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Insolvency Law

Expert guidance on all aspects of corporate and personal insolvency

04 MAY 2012

Latest Insolvency Statistics: First Quarter 2012 - Bankruptcies up by 5%, DROs up by 7.3%

The Insolvency Service (IS) have published the latest insolvency statistics today. The statistics cover the first quarter of 2012 and make for very interesting reading. As the IS note: "There were 4,303 compulsory liquidations and creditors’ voluntary liquidations in total in England and Wales in the first quarter of 2012 (on a seasonally adjusted basis).  This was an increase of 0.2% on the previous quarter and an increase of 4.3% on the same period a year ago. This was made up of 1,238 compulsory liquidations (which are down 11.2% on the previous quarter and up 11.1% on the corresponding quarter of the previous year), and 3,065 creditors’ voluntary liquidations (which are up 5.7% on the previous quarter and up 1.8% on the corresponding quarter of the previous year). Additionally, there were 1,290 other corporate insolvencies in the first quarter of 2012 (not seasonally adjusted) comprising 336 receiverships, 779 administrations and 175 company voluntary arrangements. In total these represented a decrease of 1.8% on the same period a year ago."

On the personal side the IS note: "There were 28,723 individual insolvencies in England and Wales in the first quarter of 2012. This was a decrease of 4.7% on the same period a year ago.

This was made up of 9,132 bankruptcies (which were down 27.2% on the corresponding quarter of the previous year), 7,897 Debt Relief Orders (DROs) (which were up 16.3% on the corresponding quarter of the previous year) and 11,694 Individual Voluntary Arrangements (IVAs) (which were up 8.1% on the corresponding quarter of the previous year).  In April 2011 a change was introduced to Debt Relief Order legislation to allow those who have built up value in a pension scheme to apply for debt relief under these provisions; this will have increased the overall numbers of those eligible to apply for a Debt Relief Order, and is also expected to have had some impact on the numbers of bankruptcy orders.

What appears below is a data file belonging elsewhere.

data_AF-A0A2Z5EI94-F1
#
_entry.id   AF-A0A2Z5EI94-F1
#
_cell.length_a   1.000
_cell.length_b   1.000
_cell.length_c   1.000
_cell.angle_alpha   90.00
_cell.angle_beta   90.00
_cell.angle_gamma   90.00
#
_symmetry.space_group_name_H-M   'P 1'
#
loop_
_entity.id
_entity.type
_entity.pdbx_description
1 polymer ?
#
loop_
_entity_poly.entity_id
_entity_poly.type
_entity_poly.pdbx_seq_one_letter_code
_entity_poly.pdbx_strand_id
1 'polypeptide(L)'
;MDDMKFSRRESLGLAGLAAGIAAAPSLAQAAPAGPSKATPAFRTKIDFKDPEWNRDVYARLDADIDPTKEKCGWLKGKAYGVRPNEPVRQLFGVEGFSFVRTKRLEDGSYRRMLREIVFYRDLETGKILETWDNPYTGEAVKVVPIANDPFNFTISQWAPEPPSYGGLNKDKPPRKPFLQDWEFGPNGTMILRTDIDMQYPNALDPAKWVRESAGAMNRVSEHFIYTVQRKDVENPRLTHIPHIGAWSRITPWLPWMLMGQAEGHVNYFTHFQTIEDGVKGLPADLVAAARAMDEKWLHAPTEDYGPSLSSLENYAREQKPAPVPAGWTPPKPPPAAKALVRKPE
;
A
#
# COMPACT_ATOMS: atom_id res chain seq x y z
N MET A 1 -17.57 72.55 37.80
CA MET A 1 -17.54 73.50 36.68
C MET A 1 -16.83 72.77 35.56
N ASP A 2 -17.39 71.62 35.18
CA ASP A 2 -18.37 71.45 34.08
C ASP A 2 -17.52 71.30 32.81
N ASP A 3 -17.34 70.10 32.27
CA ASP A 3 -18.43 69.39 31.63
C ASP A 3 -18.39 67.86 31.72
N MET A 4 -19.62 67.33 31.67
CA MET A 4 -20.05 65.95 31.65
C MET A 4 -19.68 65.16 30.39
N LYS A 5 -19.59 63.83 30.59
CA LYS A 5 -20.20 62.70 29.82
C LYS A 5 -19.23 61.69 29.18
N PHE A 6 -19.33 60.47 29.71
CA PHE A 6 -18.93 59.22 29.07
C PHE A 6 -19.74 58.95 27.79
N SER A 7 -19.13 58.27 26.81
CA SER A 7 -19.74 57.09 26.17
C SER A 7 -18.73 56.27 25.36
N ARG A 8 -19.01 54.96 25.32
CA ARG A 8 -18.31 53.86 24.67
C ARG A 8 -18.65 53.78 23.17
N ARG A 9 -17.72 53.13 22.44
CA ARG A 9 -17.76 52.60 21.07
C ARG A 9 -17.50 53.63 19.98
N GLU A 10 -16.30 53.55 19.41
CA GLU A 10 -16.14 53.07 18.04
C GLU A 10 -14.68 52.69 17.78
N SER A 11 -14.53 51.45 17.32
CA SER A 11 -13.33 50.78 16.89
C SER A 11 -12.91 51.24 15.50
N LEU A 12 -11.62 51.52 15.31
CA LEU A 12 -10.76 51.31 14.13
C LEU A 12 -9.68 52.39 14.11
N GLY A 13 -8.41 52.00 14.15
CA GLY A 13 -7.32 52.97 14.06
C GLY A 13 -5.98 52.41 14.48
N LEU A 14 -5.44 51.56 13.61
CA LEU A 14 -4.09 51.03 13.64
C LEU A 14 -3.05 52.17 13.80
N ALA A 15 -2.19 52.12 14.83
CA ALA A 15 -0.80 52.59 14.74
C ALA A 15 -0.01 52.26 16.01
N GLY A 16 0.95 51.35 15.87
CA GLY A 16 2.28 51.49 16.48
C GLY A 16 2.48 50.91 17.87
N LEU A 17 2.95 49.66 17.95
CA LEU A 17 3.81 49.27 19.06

In the first quarter of 2012, 7,233 bankruptcies were made on the petition of the debtor (representing 79.2% of total cases); both the level of debtor petition bankruptcies and their share of total cases have been following a generally decreasing trend since the beginning of 2009 when there were 17,606 (86% of the total). The percentage of bankruptcy orders involving trading debts (self-employed bankrupts) was 22% in the fourth quarter of 2011 (first quarter 2012 figures for trading-related bankruptcies are not yet available); higher than throughout the previous few years. This is due to the decline in numbers of cases involving consumer debts (non-traders) as may be seen in Figure 3 below."

In terms of the longer term the IS have observed: "In the twelve months ending Q1 2012, approximately 1 in 138 active companies (or 0.7% of all active registered companies) went into liquidation, unchanged from the previous quarter.  As Figure 4 shows, the liquidation rate remains low compared to a peak of 2.6% in 1993, and the average of 1.2% seen over the last 25 years.  It should be noted that the number of active companies has changed considerably over this period; there were over 2.4 million active registered companies in Q1 2012; this compares with only about 900,000 in the early 1990s and less than 800,000 in 1986.

In the twelve months ending Q1 2012, approximately 1 in 372 people became insolvent.  This is down from 1 in 366 in the previous quarter.  As Figure 4 shows, the individual insolvency rate had displayed a steeply upward path (with some fluctuations) since 2004 and is currently still elevated compared to the annual average of 1 in 1600 people (0.1%) seen over the last 25 years."

Various news outlets have picked up on the story. See the Independent's treatment here, see the BBC's treatment here, Accountacy Age's treatment here, the Guardian's treatment here, the Herald Scotland's treatment here, the Yorkshire Post here, and the Telegraph's here.

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